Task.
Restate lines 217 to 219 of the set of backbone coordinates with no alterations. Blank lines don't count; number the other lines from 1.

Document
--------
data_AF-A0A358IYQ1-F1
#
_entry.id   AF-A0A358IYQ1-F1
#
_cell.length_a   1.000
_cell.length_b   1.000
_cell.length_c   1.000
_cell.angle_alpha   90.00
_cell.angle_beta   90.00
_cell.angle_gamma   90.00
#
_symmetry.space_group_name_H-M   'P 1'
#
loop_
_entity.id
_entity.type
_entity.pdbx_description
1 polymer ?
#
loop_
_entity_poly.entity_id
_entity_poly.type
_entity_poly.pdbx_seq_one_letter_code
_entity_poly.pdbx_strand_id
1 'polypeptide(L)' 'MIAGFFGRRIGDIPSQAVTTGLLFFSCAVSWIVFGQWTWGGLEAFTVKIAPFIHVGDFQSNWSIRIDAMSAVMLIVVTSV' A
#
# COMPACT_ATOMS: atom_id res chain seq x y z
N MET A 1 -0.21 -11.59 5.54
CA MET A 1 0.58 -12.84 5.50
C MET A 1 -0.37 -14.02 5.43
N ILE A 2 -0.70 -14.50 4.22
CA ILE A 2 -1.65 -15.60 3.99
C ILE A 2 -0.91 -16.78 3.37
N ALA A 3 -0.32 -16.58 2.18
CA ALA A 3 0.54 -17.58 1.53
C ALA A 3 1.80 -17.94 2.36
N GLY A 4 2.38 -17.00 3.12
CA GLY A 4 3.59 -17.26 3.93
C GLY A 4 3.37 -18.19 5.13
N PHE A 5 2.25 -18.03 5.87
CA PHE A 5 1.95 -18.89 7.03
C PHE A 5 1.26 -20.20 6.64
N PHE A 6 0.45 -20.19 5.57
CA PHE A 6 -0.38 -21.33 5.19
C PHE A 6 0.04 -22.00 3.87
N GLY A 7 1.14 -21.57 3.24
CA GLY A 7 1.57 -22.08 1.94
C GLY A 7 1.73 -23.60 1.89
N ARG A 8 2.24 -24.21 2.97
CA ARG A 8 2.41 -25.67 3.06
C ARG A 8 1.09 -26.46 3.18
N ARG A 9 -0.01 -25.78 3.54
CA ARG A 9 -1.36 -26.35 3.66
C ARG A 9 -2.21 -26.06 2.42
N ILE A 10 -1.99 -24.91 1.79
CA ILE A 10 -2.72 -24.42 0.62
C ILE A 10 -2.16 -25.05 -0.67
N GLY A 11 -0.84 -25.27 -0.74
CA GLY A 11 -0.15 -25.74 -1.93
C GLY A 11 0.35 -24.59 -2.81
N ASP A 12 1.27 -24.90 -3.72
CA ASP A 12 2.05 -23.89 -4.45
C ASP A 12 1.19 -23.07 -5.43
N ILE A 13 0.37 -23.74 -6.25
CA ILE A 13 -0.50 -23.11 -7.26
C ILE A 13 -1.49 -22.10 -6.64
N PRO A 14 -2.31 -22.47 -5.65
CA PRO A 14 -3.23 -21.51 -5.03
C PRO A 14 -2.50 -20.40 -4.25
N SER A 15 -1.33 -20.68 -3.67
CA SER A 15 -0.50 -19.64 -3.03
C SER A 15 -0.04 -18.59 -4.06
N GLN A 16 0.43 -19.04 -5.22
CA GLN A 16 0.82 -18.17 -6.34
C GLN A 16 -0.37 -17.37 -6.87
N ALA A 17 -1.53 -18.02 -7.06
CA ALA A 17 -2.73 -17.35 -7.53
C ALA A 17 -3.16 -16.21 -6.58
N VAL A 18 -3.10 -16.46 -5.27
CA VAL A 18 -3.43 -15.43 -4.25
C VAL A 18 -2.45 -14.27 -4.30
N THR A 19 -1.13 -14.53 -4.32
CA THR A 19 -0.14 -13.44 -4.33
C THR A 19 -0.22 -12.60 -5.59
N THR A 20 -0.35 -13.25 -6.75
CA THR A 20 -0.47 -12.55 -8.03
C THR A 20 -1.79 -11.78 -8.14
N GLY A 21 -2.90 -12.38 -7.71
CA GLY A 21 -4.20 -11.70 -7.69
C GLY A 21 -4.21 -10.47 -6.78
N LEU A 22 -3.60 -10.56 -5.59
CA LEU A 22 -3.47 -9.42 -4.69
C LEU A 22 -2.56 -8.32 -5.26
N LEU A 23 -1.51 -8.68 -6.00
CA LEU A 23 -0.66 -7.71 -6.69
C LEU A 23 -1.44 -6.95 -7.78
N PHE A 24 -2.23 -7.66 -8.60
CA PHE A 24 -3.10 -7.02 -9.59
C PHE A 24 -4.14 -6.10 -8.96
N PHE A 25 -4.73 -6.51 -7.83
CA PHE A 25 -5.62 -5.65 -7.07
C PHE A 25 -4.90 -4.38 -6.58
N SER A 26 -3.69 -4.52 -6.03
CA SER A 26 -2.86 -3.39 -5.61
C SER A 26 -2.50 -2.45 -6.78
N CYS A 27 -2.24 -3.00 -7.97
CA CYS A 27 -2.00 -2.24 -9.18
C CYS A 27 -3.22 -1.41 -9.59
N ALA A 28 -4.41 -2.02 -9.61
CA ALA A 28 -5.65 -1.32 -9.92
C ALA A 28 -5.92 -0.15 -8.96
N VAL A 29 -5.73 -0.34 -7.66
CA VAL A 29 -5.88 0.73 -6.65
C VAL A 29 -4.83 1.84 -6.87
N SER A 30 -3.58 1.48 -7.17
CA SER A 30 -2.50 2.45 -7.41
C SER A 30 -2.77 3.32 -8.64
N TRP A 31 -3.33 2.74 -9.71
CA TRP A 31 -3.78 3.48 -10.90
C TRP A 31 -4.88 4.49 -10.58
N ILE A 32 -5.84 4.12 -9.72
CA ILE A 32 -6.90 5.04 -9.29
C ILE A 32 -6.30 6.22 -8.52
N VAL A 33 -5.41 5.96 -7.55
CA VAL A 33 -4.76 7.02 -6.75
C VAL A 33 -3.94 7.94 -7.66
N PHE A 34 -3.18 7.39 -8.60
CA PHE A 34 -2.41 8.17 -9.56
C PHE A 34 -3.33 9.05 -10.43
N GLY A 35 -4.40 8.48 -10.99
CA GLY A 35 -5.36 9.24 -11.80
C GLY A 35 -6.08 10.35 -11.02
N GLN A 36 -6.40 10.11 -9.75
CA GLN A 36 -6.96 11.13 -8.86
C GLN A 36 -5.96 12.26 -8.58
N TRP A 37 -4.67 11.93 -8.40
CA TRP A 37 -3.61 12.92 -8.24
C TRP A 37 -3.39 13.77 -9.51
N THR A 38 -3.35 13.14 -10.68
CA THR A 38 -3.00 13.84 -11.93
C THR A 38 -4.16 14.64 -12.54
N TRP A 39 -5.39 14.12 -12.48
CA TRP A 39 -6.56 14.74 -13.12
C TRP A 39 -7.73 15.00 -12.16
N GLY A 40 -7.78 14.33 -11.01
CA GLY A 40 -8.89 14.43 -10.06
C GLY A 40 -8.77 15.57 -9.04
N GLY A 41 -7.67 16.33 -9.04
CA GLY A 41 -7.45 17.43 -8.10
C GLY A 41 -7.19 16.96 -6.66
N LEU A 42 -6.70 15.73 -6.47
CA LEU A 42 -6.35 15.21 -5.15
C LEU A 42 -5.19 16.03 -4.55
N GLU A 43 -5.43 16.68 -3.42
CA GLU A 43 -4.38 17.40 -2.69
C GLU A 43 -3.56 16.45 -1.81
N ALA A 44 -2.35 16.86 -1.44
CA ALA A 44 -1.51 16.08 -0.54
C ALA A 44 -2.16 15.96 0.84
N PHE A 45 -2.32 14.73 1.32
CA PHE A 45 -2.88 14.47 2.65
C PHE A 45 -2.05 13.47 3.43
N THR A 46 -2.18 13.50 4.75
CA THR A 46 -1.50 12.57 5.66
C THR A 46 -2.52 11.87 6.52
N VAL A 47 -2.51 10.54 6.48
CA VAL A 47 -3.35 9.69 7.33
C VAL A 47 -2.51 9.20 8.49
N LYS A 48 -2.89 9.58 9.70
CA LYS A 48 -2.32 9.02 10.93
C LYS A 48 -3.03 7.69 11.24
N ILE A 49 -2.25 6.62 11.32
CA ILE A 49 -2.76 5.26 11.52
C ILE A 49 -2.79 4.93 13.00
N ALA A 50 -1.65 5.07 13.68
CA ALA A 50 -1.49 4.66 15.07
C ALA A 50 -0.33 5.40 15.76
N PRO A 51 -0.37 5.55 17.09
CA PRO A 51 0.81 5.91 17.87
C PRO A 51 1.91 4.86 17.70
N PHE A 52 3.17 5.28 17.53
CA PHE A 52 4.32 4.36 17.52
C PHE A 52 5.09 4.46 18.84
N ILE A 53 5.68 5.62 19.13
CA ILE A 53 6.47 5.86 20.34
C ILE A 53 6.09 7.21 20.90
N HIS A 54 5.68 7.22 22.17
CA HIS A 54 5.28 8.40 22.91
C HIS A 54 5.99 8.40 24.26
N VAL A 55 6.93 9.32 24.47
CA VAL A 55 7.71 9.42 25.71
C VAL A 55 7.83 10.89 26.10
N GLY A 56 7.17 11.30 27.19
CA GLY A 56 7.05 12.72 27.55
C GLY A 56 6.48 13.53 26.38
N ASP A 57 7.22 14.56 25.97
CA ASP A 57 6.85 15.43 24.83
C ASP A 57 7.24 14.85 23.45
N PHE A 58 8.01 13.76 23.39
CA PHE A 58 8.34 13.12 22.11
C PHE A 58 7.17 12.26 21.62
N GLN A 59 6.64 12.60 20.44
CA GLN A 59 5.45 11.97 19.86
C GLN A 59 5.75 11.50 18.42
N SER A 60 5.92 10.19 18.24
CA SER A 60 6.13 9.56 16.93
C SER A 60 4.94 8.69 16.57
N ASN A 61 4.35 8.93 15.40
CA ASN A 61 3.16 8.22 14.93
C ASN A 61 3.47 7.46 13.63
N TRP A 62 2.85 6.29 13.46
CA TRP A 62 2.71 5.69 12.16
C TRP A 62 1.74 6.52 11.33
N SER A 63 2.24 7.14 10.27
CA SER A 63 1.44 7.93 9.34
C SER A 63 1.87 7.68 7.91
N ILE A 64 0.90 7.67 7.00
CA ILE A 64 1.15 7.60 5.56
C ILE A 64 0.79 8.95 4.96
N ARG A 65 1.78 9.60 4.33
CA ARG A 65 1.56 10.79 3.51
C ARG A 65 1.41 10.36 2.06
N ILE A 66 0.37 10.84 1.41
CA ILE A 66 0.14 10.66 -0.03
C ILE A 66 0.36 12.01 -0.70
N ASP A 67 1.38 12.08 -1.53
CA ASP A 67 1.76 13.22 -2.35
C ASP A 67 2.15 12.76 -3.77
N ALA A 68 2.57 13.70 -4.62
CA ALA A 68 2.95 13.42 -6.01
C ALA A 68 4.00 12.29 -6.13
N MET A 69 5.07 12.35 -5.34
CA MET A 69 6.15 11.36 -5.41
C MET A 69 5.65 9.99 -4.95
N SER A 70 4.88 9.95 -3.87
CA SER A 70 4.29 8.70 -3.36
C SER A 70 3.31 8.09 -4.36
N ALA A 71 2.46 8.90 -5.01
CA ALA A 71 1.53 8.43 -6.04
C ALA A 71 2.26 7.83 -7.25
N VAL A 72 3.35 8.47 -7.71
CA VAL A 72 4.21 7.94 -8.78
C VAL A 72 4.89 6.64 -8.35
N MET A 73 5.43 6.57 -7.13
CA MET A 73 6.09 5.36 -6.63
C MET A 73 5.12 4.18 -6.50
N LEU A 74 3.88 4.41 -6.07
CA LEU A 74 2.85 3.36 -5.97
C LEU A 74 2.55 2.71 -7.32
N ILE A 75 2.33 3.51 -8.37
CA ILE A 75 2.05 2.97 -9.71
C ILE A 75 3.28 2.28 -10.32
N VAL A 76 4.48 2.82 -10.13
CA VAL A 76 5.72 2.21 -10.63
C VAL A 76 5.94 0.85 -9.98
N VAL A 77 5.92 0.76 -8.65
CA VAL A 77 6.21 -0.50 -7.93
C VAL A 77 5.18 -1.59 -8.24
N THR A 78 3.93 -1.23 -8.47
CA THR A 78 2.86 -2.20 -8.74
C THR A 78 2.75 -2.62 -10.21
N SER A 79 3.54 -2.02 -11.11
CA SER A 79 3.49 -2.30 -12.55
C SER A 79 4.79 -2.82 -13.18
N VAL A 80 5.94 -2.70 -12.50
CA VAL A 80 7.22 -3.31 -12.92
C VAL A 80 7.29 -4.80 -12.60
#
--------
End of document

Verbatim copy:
N ILE A 64 0.90 7.67 7.00
CA ILE A 64 1.15 7.60 5.56
C ILE A 64 0.79 8.95 4.96